Much of the comment on the HMRC scandal has focused on whether the data was encrypted or not, whether it should have been entrusted to a courier firm, and whether it was lost or stolen. However, the fall-out from this huge data loss also makes it clear that government ministers and senior civil servants alike don't know their backsides from their elbows when it come to IT.

That is an immensely dangerous situation for the UK to be in, especially when the current crop of clowns at the top seems as wedded as ever to the National ID Card scheme.

If the HMRC can lose data this easily - and remember, this is the organisation that would like direct access to our bank accounts so it can withdraw what it thinks we owe it - then so can the new Identity & Passports Service. And if they do, what's to stop the whole scheme becoming a £7 billion (and counting) white elephant?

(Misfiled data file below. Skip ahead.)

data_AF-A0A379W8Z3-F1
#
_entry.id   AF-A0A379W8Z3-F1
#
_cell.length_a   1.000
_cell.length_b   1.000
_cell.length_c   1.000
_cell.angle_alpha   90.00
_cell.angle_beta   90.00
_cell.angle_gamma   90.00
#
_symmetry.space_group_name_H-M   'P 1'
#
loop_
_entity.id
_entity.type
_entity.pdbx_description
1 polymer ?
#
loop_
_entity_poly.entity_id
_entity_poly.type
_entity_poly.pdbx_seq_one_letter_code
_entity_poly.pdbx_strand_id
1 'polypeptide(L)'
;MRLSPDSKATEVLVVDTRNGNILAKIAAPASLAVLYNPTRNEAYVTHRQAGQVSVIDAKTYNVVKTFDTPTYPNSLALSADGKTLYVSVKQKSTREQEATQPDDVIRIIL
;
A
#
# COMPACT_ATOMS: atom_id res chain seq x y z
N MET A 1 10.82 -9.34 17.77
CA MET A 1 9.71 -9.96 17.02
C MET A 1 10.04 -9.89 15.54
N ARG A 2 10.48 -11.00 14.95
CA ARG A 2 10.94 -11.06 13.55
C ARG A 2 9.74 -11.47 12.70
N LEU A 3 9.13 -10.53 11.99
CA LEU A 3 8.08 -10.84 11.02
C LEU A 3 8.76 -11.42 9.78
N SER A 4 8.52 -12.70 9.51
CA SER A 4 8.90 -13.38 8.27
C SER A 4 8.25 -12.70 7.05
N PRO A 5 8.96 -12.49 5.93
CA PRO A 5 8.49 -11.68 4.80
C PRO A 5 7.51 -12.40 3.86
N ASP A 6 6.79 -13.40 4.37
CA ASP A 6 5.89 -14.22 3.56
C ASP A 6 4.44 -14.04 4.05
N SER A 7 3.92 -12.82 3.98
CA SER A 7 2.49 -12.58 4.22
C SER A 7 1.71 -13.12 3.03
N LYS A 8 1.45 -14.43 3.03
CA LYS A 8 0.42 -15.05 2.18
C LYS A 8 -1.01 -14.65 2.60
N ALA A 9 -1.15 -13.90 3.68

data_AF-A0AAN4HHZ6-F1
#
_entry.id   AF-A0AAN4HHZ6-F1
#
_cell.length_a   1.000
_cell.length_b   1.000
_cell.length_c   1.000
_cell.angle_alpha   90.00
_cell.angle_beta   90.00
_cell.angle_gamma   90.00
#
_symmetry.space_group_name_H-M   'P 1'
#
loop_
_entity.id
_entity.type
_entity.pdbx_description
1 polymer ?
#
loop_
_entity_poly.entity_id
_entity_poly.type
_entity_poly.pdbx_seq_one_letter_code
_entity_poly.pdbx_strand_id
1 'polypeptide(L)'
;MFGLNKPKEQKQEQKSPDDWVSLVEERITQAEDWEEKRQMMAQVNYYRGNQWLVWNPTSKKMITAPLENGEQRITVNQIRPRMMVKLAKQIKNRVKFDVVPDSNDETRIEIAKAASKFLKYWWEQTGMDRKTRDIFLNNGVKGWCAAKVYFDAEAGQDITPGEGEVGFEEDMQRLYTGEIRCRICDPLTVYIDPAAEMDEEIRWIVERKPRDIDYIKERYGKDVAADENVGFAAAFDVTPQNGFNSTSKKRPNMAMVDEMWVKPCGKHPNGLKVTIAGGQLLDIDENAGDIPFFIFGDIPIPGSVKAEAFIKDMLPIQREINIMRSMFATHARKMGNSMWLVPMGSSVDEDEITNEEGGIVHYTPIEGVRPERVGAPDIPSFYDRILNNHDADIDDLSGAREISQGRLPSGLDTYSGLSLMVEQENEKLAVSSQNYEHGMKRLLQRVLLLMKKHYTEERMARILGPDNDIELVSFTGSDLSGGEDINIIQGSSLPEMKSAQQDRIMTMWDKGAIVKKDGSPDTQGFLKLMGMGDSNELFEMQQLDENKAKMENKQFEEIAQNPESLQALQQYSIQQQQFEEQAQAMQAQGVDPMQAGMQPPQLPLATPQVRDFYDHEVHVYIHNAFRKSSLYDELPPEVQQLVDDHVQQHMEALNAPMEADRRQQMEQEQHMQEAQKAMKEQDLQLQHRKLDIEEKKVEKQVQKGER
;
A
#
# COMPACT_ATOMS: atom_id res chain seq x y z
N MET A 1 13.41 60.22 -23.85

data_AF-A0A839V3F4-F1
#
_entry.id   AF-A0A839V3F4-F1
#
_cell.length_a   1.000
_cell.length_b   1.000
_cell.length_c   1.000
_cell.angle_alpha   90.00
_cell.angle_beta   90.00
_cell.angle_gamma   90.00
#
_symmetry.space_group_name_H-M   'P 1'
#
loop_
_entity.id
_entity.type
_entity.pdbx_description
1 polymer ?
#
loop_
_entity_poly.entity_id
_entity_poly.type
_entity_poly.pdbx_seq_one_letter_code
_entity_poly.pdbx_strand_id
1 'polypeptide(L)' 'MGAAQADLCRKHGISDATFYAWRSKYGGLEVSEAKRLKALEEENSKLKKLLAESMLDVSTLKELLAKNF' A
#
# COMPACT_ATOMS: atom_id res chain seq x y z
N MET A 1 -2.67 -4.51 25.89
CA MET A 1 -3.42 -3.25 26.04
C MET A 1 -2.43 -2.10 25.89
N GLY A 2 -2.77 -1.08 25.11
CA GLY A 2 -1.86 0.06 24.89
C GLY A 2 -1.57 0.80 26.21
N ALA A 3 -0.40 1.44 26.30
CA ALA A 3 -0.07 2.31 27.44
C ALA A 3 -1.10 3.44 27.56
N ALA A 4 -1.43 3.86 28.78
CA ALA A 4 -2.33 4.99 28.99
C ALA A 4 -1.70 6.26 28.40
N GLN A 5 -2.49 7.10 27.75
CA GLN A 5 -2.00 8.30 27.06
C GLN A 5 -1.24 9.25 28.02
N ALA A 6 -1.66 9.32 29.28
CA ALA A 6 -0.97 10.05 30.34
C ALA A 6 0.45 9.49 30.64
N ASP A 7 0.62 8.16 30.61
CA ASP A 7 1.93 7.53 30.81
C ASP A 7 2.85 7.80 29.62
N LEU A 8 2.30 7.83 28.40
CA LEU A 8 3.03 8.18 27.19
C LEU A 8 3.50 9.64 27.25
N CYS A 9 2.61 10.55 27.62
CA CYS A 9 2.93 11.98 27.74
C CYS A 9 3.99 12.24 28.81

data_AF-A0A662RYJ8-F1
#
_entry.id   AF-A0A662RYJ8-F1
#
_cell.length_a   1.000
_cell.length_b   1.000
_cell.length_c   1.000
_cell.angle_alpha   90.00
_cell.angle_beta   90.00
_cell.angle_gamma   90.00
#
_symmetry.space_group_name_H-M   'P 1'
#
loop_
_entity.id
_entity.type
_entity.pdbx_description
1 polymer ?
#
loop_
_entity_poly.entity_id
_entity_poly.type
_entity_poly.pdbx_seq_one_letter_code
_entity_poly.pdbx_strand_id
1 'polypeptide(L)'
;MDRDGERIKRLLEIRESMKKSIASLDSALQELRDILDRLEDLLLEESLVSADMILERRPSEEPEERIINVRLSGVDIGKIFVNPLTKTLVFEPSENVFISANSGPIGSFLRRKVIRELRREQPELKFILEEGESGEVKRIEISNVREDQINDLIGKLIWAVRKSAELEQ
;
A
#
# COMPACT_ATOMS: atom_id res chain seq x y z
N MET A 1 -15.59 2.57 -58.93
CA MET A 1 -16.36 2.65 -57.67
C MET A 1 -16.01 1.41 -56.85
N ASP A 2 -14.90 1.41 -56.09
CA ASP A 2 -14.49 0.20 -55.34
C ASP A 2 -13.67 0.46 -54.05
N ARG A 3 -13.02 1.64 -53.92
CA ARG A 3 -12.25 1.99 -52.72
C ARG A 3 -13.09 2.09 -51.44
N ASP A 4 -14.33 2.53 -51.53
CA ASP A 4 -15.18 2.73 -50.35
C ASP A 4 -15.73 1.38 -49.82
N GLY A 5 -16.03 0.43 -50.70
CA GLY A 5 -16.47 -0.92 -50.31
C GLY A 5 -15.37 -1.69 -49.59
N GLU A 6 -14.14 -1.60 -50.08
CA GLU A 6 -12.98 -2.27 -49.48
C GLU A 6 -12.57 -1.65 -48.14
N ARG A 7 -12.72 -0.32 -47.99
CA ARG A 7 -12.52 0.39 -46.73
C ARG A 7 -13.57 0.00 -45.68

Biometrics, say the snake-oil salesmen, intent on getting their noses into this trough full of our money. And those easily-led politicians and civil servants - the former wanting to be seen to be "doing something about terrorism", and the latter intent on increasing the administration's power - have chosen to believe them.

The snag is that if your biometric data is stolen, fixing that is not quite as simple as changing your PIN. What are you going to do - sand off your fingerprints and engrave new ones?